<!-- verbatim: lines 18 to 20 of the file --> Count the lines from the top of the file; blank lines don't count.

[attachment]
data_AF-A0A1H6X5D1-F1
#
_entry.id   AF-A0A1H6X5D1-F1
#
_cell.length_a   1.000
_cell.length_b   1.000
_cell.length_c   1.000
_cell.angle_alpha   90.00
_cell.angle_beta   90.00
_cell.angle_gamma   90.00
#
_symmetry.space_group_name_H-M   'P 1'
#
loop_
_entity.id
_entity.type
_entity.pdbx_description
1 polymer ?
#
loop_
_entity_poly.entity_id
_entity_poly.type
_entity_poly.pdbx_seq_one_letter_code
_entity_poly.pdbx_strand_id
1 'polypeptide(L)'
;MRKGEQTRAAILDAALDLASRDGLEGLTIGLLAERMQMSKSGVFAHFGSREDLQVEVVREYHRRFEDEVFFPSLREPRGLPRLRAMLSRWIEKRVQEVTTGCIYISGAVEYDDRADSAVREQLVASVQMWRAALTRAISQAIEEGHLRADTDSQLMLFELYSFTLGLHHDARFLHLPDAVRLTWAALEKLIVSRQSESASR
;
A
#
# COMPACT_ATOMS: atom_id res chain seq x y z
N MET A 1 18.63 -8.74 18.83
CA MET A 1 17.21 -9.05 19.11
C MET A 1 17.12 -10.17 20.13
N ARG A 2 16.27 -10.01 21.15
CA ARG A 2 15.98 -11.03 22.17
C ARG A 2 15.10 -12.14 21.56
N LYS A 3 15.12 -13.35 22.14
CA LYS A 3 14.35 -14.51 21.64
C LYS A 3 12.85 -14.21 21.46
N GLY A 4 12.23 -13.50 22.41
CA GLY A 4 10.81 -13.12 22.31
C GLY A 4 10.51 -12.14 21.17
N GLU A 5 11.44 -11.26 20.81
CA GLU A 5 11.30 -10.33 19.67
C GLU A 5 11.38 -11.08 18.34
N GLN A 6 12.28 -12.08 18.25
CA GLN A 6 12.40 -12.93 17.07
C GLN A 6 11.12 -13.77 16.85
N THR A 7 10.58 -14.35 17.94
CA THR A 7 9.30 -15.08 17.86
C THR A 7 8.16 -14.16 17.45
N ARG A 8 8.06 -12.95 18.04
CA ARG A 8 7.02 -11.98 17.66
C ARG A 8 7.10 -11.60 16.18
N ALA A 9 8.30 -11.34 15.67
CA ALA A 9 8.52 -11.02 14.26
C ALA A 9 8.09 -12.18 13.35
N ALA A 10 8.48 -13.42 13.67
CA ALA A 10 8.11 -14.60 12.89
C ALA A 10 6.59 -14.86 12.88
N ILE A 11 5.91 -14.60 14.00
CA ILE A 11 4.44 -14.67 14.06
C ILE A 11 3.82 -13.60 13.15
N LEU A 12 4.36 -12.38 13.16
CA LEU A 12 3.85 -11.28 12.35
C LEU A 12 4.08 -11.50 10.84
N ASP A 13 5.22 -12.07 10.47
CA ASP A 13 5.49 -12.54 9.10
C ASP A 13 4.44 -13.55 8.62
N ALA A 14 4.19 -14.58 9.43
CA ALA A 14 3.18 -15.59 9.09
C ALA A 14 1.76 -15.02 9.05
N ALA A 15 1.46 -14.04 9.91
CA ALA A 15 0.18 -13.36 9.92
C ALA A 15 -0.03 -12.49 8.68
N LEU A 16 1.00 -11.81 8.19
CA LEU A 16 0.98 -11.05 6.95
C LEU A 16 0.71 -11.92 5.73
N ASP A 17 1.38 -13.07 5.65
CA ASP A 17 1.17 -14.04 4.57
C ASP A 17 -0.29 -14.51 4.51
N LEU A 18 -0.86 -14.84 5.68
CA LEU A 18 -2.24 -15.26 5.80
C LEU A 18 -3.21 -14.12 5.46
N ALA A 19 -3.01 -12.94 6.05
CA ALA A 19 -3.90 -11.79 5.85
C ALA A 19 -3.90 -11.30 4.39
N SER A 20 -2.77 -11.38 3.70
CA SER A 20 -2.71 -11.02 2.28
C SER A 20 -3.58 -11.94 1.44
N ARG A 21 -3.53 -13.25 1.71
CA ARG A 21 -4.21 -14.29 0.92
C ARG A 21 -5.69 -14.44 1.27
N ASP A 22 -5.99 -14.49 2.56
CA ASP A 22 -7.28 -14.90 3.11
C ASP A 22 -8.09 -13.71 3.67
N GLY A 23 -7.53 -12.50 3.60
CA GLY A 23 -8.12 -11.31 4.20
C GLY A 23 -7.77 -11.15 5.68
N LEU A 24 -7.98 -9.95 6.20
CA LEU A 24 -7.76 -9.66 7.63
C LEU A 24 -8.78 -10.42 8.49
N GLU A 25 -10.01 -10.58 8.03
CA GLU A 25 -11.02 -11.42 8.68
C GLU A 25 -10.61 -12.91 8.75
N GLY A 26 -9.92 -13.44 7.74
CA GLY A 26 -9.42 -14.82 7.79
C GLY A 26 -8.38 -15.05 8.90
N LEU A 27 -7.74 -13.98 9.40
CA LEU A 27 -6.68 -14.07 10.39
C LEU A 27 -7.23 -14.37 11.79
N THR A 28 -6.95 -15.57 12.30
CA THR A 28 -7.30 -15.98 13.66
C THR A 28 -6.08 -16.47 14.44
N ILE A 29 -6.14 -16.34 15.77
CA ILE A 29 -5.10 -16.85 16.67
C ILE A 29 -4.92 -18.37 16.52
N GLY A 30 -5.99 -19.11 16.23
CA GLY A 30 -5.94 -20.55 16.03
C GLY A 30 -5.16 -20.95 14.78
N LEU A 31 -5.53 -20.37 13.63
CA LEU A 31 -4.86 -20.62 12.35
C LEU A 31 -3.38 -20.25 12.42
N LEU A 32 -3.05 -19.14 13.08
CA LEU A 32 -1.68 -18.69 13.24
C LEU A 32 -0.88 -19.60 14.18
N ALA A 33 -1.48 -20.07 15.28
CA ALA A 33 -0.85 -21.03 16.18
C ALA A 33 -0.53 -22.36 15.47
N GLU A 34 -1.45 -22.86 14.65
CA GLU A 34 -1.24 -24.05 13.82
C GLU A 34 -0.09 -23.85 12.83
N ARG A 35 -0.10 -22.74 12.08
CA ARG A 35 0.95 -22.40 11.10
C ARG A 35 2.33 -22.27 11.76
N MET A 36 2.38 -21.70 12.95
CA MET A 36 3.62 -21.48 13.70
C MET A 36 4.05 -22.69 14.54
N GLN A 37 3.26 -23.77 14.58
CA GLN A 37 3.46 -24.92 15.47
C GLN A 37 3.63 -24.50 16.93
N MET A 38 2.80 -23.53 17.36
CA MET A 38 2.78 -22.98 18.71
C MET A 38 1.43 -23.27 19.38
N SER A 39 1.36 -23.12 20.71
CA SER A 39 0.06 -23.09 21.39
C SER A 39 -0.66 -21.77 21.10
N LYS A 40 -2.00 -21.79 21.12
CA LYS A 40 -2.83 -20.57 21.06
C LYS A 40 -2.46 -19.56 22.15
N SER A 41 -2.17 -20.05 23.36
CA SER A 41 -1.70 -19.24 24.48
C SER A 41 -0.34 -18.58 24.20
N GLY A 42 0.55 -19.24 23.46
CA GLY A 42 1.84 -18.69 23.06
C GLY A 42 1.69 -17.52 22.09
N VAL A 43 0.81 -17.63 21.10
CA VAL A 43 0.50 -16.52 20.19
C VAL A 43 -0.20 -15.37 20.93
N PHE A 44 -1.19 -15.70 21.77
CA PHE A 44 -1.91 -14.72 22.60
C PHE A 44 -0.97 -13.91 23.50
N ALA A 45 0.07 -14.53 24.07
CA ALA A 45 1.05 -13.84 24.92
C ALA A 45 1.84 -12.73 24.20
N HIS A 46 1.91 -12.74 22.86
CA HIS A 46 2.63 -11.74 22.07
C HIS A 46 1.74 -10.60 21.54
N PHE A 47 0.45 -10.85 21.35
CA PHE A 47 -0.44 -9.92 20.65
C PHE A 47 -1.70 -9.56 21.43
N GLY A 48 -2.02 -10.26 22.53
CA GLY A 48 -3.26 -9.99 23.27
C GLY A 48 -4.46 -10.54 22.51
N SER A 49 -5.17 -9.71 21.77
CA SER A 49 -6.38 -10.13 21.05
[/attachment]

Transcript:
1 polymer ?
#
loop_